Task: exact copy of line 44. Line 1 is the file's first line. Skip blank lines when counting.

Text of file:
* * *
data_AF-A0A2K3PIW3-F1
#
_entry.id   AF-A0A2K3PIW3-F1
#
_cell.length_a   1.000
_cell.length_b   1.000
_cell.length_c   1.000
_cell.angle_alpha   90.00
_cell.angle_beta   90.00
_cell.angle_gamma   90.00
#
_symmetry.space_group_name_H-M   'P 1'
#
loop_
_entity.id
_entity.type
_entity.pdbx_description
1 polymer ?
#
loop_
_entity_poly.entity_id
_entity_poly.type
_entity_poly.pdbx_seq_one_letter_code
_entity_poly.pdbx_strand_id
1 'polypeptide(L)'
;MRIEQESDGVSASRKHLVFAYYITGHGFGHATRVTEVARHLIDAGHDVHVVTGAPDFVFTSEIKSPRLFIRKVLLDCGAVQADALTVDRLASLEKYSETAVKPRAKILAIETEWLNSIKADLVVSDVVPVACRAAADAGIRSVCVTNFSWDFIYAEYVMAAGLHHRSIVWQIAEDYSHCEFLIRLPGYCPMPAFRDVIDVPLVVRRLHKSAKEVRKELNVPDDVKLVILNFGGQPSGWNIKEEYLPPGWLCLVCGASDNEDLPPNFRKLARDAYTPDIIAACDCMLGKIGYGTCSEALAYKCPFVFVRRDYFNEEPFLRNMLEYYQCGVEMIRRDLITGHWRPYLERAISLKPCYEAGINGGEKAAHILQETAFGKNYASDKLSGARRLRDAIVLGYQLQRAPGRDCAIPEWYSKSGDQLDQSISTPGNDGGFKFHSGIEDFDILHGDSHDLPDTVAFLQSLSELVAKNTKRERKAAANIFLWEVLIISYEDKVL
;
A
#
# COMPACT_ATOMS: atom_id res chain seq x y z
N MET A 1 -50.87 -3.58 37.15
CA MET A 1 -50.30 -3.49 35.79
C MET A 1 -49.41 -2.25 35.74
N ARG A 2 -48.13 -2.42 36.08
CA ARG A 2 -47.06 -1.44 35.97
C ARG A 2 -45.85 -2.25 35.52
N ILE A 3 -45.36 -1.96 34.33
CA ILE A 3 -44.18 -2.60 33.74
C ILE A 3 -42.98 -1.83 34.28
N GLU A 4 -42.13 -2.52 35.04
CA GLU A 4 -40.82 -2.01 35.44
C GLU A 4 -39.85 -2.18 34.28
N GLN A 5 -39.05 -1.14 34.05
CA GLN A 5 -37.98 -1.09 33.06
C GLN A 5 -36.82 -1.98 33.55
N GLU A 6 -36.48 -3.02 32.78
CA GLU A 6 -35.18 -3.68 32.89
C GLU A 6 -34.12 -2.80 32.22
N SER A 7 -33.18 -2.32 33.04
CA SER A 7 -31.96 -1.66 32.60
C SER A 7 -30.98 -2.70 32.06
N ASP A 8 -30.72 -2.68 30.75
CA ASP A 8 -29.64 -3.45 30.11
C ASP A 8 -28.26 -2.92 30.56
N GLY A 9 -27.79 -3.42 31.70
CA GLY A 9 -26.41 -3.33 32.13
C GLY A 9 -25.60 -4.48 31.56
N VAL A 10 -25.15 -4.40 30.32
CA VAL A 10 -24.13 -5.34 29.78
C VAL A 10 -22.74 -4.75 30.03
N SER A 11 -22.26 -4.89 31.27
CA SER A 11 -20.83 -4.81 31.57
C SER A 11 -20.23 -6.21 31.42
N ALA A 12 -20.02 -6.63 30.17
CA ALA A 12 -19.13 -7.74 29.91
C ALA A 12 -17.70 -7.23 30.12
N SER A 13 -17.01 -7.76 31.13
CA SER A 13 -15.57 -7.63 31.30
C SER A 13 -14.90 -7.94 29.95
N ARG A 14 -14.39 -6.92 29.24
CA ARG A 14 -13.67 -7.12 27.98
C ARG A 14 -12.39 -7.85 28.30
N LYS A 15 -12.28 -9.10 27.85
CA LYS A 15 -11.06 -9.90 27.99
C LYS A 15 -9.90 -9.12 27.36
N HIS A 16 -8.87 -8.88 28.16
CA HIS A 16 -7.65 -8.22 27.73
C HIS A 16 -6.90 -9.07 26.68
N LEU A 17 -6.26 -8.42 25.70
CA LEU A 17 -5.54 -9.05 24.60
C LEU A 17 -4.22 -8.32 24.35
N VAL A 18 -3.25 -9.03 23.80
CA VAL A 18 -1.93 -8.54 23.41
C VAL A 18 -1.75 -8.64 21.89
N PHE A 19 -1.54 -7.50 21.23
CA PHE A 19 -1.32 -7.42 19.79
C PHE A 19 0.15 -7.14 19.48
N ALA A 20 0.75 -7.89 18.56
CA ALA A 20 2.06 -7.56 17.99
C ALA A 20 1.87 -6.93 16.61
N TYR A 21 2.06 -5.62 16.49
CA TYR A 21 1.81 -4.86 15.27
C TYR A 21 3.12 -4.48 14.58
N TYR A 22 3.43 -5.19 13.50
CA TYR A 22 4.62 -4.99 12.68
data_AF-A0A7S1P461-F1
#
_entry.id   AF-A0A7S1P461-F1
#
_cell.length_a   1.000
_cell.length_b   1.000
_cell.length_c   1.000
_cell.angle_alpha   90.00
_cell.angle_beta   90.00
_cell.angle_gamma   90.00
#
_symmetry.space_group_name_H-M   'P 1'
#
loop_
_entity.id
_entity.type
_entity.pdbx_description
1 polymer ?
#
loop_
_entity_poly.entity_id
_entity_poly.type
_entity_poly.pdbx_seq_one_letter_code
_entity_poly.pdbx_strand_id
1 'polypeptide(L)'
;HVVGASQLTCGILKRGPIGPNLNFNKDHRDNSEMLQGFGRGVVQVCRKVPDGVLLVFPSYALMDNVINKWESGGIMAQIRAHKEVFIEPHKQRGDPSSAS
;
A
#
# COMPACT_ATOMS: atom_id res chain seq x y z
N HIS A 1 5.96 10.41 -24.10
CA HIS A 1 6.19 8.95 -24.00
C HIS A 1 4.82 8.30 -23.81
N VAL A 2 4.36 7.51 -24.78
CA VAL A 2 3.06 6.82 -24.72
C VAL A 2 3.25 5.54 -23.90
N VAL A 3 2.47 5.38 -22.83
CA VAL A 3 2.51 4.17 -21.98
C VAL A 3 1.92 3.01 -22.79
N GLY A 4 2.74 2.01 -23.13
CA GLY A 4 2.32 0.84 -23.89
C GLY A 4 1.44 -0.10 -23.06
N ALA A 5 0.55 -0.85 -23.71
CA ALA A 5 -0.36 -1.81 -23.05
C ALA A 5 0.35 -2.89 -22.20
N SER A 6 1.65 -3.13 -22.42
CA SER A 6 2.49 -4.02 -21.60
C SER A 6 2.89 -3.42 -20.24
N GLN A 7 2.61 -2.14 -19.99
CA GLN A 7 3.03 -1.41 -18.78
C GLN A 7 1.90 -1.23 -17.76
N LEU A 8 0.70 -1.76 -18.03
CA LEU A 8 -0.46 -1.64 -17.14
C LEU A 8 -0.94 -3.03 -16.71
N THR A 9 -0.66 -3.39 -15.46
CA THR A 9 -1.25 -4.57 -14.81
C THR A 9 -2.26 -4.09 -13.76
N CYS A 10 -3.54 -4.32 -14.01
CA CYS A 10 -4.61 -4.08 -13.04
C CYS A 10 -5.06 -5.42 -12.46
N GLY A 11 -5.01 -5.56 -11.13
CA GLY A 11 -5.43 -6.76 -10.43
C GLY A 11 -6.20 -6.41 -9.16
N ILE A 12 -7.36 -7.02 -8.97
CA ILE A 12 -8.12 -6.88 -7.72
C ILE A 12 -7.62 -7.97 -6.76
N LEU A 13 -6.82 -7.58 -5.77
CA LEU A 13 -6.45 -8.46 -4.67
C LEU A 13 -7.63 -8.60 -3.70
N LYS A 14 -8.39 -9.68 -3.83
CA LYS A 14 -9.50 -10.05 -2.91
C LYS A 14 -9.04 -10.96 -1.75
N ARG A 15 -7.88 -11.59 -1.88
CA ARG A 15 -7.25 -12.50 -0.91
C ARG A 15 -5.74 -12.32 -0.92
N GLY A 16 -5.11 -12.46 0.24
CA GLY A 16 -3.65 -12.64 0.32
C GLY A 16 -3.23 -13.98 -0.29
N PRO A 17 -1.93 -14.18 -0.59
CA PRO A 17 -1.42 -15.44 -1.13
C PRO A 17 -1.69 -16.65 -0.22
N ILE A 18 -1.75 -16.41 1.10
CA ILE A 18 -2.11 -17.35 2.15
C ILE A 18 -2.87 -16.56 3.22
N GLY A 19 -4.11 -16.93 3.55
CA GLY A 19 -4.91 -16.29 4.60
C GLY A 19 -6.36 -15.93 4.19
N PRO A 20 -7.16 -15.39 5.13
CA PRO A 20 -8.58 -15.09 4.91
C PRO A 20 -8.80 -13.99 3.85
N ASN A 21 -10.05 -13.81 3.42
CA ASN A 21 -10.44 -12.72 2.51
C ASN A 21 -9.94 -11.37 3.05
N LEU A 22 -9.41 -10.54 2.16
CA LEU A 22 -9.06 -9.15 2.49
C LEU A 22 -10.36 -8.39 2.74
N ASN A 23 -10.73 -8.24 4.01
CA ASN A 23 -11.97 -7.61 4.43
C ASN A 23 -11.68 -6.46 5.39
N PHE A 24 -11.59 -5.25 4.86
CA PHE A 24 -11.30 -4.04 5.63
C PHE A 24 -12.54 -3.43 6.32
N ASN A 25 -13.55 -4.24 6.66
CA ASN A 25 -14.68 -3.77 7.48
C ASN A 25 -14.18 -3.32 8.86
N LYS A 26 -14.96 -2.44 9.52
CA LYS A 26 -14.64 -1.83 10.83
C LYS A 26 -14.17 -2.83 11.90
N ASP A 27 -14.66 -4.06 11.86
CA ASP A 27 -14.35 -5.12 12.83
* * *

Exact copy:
CA GLN A 5 -37.98 -1.09 33.06